I agree with my progressive evangelical allies that our government—which projects spending $3.77 trillion in fiscal 2014—seems to have sufficient resources to provide for the sick, the aged, the poor, and the uninsured. I agree with an overall reading of the Bible that prioritizes physical human needs over most other priorities. But I protest a too-easy move from “God cares for the poor and calls Christians to do the same” to “God wants the secular government of the United States to spend x on social welfare.” Translating a sacred text into a political ethic is not that easy.
Still, we have a moral problem on our hands: While our nation budgets $3.77 trillion for spending in fiscal 2014, it forecasts revenue of $744 billion less than that. If a nation does that for long enough, it ends up with a debt of $17 trillion—and rising.
A government that develops a pattern of spending considerably more than it raises behaves immorally. But its immorality is not simply the immorality-as-immediate-hardheartedness-to-the-poor, so often decried by my friends.
Like conservatives, many liberal evangelicals are beginning to recognize that national debt is a matter of intergenerational justice. As my friend John Coleman has said, “Debt can often be seen, essentially, as a loan from future generations to the current generation.” We are taking money to pay for our current projects and sending future generations the bill — all without giving them a voice or vote in the matter.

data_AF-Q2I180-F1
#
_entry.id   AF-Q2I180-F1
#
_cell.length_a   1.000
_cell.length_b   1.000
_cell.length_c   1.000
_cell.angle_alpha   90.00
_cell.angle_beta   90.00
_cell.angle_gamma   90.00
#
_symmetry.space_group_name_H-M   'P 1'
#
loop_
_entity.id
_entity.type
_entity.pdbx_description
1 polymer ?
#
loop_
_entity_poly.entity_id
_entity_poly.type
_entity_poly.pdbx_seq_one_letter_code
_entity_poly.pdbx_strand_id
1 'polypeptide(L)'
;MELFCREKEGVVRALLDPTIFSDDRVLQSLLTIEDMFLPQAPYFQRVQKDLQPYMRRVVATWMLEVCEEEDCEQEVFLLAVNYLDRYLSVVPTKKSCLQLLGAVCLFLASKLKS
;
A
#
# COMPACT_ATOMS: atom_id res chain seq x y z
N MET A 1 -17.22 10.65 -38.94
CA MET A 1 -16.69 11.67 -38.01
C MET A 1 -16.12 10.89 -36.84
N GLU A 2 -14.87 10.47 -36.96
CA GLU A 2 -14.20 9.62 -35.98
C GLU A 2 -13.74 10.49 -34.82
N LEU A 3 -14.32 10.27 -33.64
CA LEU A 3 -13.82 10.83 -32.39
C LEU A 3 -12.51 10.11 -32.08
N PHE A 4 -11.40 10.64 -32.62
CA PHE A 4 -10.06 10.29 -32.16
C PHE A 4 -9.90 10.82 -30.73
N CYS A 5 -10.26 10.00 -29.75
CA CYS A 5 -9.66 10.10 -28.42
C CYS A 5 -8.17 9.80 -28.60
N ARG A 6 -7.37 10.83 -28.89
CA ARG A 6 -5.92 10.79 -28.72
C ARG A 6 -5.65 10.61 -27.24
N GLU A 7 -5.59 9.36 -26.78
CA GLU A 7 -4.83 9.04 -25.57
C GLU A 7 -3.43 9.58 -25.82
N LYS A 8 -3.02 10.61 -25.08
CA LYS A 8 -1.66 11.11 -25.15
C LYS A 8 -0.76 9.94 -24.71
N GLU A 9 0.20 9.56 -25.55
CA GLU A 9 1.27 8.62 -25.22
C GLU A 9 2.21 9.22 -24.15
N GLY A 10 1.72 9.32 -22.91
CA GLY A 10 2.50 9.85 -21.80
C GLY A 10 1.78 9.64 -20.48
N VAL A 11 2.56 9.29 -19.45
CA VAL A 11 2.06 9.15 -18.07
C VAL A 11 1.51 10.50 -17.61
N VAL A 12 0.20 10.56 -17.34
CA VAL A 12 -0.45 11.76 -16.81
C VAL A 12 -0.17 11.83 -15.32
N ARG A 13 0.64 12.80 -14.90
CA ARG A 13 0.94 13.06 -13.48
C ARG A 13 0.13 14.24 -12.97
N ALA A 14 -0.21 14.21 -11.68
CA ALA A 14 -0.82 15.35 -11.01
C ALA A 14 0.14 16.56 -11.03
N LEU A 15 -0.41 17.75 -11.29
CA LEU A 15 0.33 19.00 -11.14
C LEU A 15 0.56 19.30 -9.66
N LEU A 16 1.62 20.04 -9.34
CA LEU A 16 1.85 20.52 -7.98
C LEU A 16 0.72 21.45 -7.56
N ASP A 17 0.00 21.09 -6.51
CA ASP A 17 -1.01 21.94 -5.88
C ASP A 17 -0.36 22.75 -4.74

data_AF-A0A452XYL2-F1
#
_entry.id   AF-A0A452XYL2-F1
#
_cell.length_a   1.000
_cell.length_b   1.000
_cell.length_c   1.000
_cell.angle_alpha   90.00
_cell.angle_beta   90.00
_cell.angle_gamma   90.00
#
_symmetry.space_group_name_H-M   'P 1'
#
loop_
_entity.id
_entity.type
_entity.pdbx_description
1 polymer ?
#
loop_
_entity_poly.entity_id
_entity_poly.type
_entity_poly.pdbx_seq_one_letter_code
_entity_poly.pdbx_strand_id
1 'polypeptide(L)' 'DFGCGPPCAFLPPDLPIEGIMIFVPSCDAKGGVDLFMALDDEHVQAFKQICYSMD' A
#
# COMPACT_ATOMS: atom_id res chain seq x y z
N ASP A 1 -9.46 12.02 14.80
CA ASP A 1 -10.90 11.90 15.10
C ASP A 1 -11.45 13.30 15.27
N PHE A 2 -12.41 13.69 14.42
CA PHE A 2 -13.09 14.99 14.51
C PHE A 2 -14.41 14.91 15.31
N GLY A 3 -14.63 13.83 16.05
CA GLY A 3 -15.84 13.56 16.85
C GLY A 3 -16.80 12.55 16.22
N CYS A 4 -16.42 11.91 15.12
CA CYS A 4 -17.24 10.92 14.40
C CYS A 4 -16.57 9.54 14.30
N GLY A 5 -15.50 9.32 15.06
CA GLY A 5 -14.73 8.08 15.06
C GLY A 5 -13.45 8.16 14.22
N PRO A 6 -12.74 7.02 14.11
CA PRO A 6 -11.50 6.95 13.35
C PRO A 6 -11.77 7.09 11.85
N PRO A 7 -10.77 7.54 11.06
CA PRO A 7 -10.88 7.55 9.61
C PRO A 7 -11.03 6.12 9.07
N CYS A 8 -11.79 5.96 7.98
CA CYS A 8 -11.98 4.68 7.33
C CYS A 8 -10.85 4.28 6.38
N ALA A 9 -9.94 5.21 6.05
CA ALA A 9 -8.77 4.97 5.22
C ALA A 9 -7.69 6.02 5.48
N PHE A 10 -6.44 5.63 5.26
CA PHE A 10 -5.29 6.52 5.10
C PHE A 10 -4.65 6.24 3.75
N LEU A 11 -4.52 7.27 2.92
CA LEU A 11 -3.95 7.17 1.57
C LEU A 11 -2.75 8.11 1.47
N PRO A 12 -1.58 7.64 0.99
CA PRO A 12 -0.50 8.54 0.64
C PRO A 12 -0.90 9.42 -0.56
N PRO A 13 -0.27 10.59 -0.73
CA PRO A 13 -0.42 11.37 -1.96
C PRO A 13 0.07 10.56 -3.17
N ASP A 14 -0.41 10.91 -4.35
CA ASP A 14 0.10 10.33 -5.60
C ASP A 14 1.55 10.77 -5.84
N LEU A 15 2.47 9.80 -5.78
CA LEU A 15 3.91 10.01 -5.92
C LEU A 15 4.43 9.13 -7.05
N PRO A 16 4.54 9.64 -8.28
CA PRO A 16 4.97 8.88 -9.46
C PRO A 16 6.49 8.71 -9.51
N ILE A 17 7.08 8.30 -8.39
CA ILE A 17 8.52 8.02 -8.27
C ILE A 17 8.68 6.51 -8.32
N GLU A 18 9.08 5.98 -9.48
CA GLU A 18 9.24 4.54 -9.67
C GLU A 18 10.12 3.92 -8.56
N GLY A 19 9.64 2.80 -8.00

As the Stanford Encyclopedia of Philosophy explains,
Present generations may be said to exercise power over future generations when, for example, we create conditions that make it costly for future generations to decide against continuing to pursue present generations’ projects.
It’s easy to justify incurring debt in order to pay for projects we believe are necessary, such as expanding our current social safety net. But is it fair to reduce the ability of future generations to pay for their projects so that they can pay for ours? Most conservative evangelicals would say it is not only unfair, but outright immoral to transfer exorbitant amounts of wealth from future generations to those of us who are living today. Our crippling national debt is immoral form of intergenerational injustice.
In future posts, we’ll cover the remainder of the 12 principles:
9. Social mobility — specifically getting people out of poverty — is infinitely more important than income inequality.
10. Jobs that lead to human flourishing are the most important part of a moral economy.
11. Free markets are information systems designed for virtuous people
12. Free markets are the best way to serve free people.
In Flourishing Faith, Dr. Chad Brand shows how by examining key issues of the history and theology of political economy: work, wealth, government, and taxation with its various implications.